However, we live in Britain and in quotes above is one element of the OfSted criteria for becoming a qualified teacher, one which dictates that at the end of a school day, students should go home or to their library and continue the day’s learning with work set by a teacher, to ‘consolidate and extend’ what they have done in school. Students know that they are expected to do homework and most have been doing homework since they were in primary school.

Some of them accept it, welcome it and sometimes enjoy it even, and they probably have parental support at home, at least a schedule and a routine and a quiet place to do their homework, at best active participation of a parent or carer in the execution of that homework. In this situation homework can represent a productive way for parents to involve themselves in the academic lives of their children and can indeed be a bonding experience for the family.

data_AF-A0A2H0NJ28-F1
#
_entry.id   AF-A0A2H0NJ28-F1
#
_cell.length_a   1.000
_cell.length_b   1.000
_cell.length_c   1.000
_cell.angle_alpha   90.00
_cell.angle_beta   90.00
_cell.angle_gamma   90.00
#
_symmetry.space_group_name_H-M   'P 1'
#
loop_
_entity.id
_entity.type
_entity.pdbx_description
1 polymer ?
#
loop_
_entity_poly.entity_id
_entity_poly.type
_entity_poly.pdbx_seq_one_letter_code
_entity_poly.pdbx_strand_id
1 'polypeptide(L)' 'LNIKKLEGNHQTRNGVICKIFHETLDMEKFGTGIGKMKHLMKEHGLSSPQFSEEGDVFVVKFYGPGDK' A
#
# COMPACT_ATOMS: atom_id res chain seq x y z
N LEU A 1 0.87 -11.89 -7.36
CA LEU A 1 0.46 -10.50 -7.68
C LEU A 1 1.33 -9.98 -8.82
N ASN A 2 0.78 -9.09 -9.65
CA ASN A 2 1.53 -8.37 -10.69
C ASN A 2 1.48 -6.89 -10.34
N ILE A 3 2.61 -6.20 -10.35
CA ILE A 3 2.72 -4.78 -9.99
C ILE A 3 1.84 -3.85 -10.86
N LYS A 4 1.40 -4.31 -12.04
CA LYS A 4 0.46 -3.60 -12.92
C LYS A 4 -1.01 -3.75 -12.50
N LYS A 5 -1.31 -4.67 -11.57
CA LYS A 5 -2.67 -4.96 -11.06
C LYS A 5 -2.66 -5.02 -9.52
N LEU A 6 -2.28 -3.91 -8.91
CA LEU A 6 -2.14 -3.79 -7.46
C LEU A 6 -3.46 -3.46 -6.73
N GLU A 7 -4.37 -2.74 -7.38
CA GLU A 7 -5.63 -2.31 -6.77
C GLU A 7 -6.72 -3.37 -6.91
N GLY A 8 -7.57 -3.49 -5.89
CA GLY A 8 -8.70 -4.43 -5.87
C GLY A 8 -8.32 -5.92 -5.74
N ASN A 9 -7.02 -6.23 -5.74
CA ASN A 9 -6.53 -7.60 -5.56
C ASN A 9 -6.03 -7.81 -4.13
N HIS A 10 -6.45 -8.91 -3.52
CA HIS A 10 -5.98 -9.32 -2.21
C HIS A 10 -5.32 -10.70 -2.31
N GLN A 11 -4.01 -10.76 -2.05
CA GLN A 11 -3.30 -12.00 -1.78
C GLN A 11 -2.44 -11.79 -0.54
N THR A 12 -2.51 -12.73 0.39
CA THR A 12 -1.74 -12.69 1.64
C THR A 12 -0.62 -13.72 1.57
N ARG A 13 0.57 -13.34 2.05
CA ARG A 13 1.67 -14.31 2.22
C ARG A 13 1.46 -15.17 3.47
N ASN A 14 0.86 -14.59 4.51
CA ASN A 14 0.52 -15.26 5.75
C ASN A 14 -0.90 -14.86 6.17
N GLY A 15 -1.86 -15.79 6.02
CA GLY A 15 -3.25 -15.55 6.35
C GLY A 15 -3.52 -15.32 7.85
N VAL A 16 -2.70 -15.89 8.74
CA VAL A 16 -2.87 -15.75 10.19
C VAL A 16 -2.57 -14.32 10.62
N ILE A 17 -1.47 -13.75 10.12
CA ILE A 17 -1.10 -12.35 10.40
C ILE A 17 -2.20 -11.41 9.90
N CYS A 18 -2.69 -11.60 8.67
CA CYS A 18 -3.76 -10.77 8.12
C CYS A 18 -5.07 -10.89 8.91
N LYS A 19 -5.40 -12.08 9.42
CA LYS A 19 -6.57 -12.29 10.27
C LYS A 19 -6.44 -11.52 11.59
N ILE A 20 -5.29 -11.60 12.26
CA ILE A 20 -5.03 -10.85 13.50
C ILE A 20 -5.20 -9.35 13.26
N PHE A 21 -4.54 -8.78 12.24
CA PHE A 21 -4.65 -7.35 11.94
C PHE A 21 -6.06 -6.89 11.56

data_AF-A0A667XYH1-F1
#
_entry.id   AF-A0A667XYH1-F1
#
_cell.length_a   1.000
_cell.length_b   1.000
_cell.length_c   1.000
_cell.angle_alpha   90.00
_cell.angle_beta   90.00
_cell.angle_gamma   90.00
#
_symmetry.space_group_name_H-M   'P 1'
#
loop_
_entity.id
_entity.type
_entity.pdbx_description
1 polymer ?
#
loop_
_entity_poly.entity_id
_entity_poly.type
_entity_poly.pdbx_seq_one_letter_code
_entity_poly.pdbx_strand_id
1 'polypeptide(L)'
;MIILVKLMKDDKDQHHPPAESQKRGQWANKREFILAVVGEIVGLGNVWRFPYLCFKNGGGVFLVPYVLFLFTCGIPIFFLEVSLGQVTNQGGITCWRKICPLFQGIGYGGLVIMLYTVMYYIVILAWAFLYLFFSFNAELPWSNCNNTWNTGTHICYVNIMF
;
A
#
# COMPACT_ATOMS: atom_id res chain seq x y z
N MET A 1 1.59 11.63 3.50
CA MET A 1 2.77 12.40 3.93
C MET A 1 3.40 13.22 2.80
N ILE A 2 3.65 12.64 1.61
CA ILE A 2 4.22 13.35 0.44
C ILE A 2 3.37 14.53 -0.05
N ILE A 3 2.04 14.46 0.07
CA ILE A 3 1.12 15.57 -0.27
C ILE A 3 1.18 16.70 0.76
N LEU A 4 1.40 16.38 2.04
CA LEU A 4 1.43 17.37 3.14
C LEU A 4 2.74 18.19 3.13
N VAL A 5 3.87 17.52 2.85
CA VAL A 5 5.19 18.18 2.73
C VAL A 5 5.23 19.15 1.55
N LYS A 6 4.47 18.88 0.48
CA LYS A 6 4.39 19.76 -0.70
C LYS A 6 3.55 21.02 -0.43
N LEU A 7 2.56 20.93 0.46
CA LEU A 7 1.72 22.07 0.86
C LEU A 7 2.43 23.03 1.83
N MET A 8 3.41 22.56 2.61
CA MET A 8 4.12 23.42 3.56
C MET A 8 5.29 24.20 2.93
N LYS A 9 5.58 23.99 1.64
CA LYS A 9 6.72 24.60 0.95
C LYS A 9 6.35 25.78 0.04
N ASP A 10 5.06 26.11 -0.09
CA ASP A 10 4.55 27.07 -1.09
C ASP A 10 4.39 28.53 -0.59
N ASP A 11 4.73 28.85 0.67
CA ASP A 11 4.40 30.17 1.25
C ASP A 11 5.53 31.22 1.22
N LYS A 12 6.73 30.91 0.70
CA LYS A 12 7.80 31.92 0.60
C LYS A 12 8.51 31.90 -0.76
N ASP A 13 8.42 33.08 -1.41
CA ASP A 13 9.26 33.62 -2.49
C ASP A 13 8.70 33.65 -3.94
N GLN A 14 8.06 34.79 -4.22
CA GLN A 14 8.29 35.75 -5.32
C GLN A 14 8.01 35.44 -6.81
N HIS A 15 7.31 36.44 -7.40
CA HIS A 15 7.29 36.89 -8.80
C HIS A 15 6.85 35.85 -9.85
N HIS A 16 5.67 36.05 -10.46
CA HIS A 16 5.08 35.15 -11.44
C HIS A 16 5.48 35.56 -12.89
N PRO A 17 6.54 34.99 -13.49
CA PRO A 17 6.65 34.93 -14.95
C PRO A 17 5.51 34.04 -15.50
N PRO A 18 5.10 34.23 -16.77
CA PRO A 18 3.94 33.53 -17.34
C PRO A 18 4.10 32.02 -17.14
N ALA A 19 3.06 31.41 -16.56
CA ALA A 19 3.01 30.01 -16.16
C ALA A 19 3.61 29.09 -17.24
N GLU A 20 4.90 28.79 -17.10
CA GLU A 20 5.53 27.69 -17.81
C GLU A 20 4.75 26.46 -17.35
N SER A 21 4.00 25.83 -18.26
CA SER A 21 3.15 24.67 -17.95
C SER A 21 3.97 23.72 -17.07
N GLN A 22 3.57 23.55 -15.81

Many students, however, have none of those things and need to shoehorn their homework into a chaotic and busy home life, trying to reclaim time from the family demands, to find a calm place to focus on a History essay plan or get time on the family computer to do their MyMaths problems. Some simply have no interest in doing homework at all when they get out of the school gates and have no adult interest at home in whether they do it or not, and they accept the resulting sanctions as a part of their school days, along with many of their mates.

The problem then with homework from a Strictly Positive perspective is that you have no realistic control over whether or not students do their homework; that is almost entirely down to their domestic situation. You have an immediate division in your classroom between those who make faster progress because of no virtue of their own but because they have support at home, and those who don’t. And those who do do their homework are better equipped for the next lessons, and those who don’t aren’t; we thereby set in motion two separate paths – the fast track and the slow lane, and it has little if anything to do with ability or motivation.